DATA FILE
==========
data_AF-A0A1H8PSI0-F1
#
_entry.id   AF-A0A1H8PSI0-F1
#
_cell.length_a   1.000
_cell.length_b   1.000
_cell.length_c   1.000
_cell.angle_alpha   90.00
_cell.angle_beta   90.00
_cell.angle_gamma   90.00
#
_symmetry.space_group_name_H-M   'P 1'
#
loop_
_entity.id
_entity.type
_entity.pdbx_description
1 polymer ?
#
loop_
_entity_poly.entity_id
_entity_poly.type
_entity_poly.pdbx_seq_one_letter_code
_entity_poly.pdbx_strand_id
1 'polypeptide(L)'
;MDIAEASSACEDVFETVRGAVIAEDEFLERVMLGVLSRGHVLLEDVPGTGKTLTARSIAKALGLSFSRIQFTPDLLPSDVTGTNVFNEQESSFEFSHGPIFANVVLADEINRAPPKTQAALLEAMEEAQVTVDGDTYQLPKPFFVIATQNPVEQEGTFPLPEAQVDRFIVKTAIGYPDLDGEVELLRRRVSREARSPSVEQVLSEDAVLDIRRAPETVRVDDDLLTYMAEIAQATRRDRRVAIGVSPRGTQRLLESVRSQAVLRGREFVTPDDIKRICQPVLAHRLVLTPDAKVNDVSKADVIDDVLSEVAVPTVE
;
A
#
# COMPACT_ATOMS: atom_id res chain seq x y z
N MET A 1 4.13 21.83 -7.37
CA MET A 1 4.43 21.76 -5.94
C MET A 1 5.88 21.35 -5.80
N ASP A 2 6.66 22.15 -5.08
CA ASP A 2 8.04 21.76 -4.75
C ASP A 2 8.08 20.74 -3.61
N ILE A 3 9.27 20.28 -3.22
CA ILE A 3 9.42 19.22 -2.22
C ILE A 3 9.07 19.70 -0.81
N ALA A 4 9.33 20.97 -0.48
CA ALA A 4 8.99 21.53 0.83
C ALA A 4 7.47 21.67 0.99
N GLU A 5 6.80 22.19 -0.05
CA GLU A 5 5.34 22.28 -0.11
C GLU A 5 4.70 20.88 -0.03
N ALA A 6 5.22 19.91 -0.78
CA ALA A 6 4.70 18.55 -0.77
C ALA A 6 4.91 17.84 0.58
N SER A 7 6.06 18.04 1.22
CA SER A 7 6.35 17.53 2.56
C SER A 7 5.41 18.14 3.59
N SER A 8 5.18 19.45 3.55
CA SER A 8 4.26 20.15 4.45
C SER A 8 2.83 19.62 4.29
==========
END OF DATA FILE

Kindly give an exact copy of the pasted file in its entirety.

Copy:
data_AF-A0A1H8PSI0-F1
#
_entry.id   AF-A0A1H8PSI0-F1
#
_cell.length_a   1.000
_cell.length_b   1.000
_cell.length_c   1.000
_cell.angle_alpha   90.00
_cell.angle_beta   90.00
_cell.angle_gamma   90.00
#
_symmetry.space_group_name_H-M   'P 1'
#
loop_
_entity.id
_entity.type
_entity.pdbx_description
1 polymer ?
#
loop_
_entity_poly.entity_id
_entity_poly.type
_entity_poly.pdbx_seq_one_letter_code
_entity_poly.pdbx_strand_id
1 'polypeptide(L)'
;MDIAEASSACEDVFETVRGAVIAEDEFLERVMLGVLSRGHVLLEDVPGTGKTLTARSIAKALGLSFSRIQFTPDLLPSDVTGTNVFNEQESSFEFSHGPIFANVVLADEINRAPPKTQAALLEAMEEAQVTVDGDTYQLPKPFFVIATQNPVEQEGTFPLPEAQVDRFIVKTAIGYPDLDGEVELLRRRVSREARSPSVEQVLSEDAVLDIRRAPETVRVDDDLLTYMAEIAQATRRDRRVAIGVSPRGTQRLLESVRSQAVLRGREFVTPDDIKRICQPVLAHRLVLTPDAKVNDVSKADVIDDVLSEVAVPTVE
;
A
#
# COMPACT_ATOMS: atom_id res chain seq x y z
N MET A 1 4.13 21.83 -7.37
CA MET A 1 4.43 21.76 -5.94
C MET A 1 5.88 21.35 -5.80
N ASP A 2 6.66 22.15 -5.08
CA ASP A 2 8.04 21.76 -4.75
C ASP A 2 8.08 20.74 -3.61
N ILE A 3 9.27 20.28 -3.22
CA ILE A 3 9.42 19.22 -2.22
C ILE A 3 9.07 19.70 -0.81
N ALA A 4 9.33 20.97 -0.48
CA ALA A 4 8.99 21.53 0.83
C ALA A 4 7.47 21.67 0.99
N GLU A 5 6.80 22.19 -0.05
CA GLU A 5 5.34 22.28 -0.11
C GLU A 5 4.70 20.88 -0.03
N ALA A 6 5.22 19.91 -0.78
CA ALA A 6 4.70 18.55 -0.77
C ALA A 6 4.91 17.84 0.58
N SER A 7 6.06 18.04 1.22
CA SER A 7 6.35 17.53 2.56
C SER A 7 5.41 18.14 3.59
N SER A 8 5.18 19.45 3.55
CA SER A 8 4.26 20.15 4.45
C SER A 8 2.83 19.62 4.29